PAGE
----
Estimated Lung Age (ELA)

Cigarette smoking raises the probability that an individual will get lung cancer, chronic bronchitis and/or emphysema (among many other things). Nicotine is addictive and smokers often need significant motivation in order to quit. Lung age is a tool that was designed to give smokers an additional incentive to do this. The concept is fairly simple and that is by reformulating an FEV1 reference equation it is possible to take an individual’s actual FEV1 and estimate the age of their lungs (ELA). Because cigarette smoking can cause airway obstruction it tends to mimic premature lung aging which means that when a smoker’s FEV1 is used to calculate an ELA it can be significantly greater than their real or chronological lung age (CLA).

This idea was first proposed by Morris and Temple in 1985. Using Morris et al’s 1971 spirometry reference equations they studied the effect of calculating an estimated lung age (ELA) using observed FVC, FEV1 and FEF25-75 values both singly and in combinations and found that the FEV1 had the lowest standard error. The ELA calculation based on Morris et al’s FEV1 reference equations has achieved a degree of popularity and is available on at least one personal spirometer (Pulmolife, sold by Carefusion, MDSpiro and Vitalograph) and as an on-line calculator from a couple different websites ( and Lung Foundation of Australia).

Interestingly, the effectiveness of ELA towards quitting smoking has been studied only a handful of times. One often-quoted study of smoking cessation (Parkes et al) saw double the quit rate (13.6% vs 6.4%) when ELA was used as an intervention but the study’s methodology has since been criticized and it’s results have not been duplicated.

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Flow-volume loops are timeless

Recently I’ve been trying to help somebody whose spirometry results changed drastically depending on where their tests were performed. When their spirometry was performed on an office spirometer their FVC was less than 60% of predicted and when they were performed in a PFT lab on a multi-purpose test system their FVC was closer to 90% of predicted. Part of the reason for this was that different predicted equations are being used in each location but even so there was about a 1.5 liter difference in FVC.

One important clue is that the reports from the office spirometer showed an expiratory time of around 2 to 2-1/2 seconds while the reports from the PFT lab showed expiratory times from 9 to 12 seconds. The reports from both locations however, only had flow-volume loops and reported expiratory time numerically. There were no volume-time curves so it isn’t possible to verify that the spirometry being performed at either location was measuring time correctly or to say much about test quality.

The shape of a flow-volume loop is often quite diagnostic and many lung disorders are associated with very distinct and specific contours. Volume-time curves, on the other hand, are very old-school and are the original way that spirometry was recorded. The contours of volume-time curves are not terribly diagnostic or distinctive and I suspect they are often included as a report option more because of tradition than any thing else. But volume-time curves are actually a critically important tool for assessing the quality of spirometry and one of the most important reasons for this is because there is no time in a flow-volume loop.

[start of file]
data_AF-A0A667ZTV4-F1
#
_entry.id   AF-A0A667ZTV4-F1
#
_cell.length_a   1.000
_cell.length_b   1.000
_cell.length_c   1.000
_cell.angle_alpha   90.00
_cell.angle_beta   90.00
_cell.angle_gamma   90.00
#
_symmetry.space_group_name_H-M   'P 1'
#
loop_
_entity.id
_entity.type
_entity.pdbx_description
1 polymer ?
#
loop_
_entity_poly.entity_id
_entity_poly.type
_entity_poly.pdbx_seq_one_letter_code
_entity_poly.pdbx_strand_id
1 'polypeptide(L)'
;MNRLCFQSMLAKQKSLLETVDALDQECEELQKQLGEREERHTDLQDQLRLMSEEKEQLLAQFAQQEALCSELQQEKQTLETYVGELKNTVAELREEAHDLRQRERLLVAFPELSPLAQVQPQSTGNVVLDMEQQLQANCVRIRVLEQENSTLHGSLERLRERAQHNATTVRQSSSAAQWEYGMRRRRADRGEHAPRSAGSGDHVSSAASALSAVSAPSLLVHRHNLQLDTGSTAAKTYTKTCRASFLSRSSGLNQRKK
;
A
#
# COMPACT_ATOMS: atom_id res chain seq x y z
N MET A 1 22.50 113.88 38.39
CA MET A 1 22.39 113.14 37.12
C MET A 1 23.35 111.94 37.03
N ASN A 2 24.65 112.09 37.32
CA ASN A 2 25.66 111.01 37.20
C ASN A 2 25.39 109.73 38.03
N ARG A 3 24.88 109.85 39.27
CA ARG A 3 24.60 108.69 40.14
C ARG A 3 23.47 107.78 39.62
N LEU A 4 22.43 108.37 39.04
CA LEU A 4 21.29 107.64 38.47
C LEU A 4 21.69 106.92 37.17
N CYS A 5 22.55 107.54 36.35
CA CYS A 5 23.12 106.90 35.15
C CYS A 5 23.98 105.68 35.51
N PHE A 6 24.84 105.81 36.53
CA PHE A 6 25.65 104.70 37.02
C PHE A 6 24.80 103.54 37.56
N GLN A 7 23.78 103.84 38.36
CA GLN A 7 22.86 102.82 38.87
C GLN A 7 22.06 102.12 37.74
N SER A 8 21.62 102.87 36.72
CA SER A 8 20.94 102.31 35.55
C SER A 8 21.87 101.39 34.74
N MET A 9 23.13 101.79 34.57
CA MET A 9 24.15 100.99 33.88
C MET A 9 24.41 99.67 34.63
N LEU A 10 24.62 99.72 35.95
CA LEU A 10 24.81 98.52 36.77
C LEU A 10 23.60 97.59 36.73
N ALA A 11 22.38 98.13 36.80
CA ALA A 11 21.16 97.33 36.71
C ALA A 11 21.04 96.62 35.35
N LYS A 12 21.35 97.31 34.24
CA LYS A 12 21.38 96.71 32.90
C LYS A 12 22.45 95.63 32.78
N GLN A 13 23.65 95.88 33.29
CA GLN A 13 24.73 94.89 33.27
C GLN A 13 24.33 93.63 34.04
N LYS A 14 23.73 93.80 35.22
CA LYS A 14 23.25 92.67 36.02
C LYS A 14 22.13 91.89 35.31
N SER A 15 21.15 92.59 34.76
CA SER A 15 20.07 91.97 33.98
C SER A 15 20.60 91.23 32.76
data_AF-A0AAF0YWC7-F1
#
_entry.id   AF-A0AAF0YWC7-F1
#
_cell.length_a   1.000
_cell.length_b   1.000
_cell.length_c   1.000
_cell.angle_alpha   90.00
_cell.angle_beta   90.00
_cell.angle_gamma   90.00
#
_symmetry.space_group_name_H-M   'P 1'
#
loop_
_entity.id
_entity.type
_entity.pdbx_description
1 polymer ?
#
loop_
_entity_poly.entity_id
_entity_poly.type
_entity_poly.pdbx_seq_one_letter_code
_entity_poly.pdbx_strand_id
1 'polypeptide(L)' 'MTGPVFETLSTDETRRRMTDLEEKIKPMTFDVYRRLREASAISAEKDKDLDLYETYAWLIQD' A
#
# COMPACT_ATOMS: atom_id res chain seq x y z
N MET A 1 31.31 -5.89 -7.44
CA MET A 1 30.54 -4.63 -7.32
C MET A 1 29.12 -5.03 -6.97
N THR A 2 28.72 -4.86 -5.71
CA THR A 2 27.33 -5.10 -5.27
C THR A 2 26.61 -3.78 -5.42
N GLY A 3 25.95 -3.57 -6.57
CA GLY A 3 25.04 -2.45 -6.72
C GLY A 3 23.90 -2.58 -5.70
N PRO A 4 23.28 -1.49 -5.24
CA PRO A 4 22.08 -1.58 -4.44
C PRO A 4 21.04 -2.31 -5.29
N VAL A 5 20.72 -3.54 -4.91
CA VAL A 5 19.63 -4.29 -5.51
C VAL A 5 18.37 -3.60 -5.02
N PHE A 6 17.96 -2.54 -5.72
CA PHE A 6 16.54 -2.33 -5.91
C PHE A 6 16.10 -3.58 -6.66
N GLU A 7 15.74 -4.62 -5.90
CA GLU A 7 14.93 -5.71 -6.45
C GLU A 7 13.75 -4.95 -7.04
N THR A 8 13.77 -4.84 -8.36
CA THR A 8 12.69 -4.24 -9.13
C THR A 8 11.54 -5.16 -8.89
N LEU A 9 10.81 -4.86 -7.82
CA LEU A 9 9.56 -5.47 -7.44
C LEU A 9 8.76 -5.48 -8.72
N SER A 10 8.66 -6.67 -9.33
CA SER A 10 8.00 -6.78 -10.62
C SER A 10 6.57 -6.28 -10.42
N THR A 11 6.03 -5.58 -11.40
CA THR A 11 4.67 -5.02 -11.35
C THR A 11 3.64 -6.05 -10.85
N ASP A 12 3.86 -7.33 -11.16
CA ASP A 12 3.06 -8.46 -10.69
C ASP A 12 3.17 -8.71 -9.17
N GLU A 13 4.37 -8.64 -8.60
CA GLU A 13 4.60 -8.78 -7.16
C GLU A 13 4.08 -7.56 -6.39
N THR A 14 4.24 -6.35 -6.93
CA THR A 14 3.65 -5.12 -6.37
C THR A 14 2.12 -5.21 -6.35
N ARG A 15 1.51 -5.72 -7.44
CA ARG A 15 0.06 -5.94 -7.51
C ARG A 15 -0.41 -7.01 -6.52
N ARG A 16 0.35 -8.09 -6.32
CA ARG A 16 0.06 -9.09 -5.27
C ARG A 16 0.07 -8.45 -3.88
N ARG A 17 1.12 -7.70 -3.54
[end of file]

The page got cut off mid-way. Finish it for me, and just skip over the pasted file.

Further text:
With this in mind, the following flow-volume loop came across my desk yesterday. The FVC, FEV1 and FEV1/FVC ratio were all normal and it was the best of the patient’s efforts.


The contour of this flow-volume loop is actually reasonably normal, except possibly for the little blip at the end.
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IC, ERV and the FVC

While reviewing reports today I ran across a couple of lung volume tests from different patients where the SVC was over a liter less than the FVC. Suboptimal SVC measurement can affect both the TLC and the RV and in one case the TLC was slightly below normal (78% of predicted) and in the other the TLC was within normal limits but the RV was over 150% of predicted. Both patients had had lung volume measurements previously and the current TLC was significantly different than it had been before.

I seem to run across this problem at least once a week so I am reasonably used to making manual corrections. I’ve discussed this previously but basically I use the position of the tidal loop within the maximal flow-volume loop obtained during spirometry to determine IC and ERV and then re-calculate TLC and RV accordingly.


Anyway, for this reason I had tidal loops, and IC and ERV on my mind while I was reviewing other reports. Shortly after this I came across a report that had “fair FVC test quality and reproducibility” in the tech notes so I pulled up the raw spirometry test data and took a closer look.

What I found was that the patient had performed five spirometry efforts and that the FVC and FEV1 was different on each test. All five spirometry efforts met the ATS/ERS criteria for back-extrapolation, expiratory time and end-of-test flow rates. I clicked back and forth between the different spirometry efforts to make sure the right FVC and FEV1 had been selected and when I did I noticed that the position of the tidal loop was shifting left and right and that the closer it was to TLC, the lower the FVC and FEV1 were and vice versa.


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The dual tracer gas single-breath washout (DTG-SBW) and ventilation inhomogeneity

I’ve been interested in ventilation inhomogeneity for a while and as ways to measure it I have looked at VA/TLC ratios, the Lung Clearance Index (LCI) and the phase III slope of the single-breath N2 washout (SIIIN2). All of these tests are able to provide some information about ventilation inhomogeneity but each has their own limitations and just as importantly although their results have a relatively clear relationship with ventilation inhomogeneity it’s not quite as clear what exactly it is they are measuring. A friend recently pointed me to an on-line article in Chest that discusses the dual-tracer single-breath washout test in patients with COPD. The apparent advantage of this test is that it is able to provide information about the site of the ventilation inhomogeneity. Although dual tracer gases have been used to study airway function for over 50 years the limitation of this technique has been the need to use a mass spectrometer. Some recent advances in technology have made it possible for this type of testing to be performed with a significantly less expensive gas analyzer and this has revived an interest in the dual-tracer gas single-breath washout (DTG-SBW).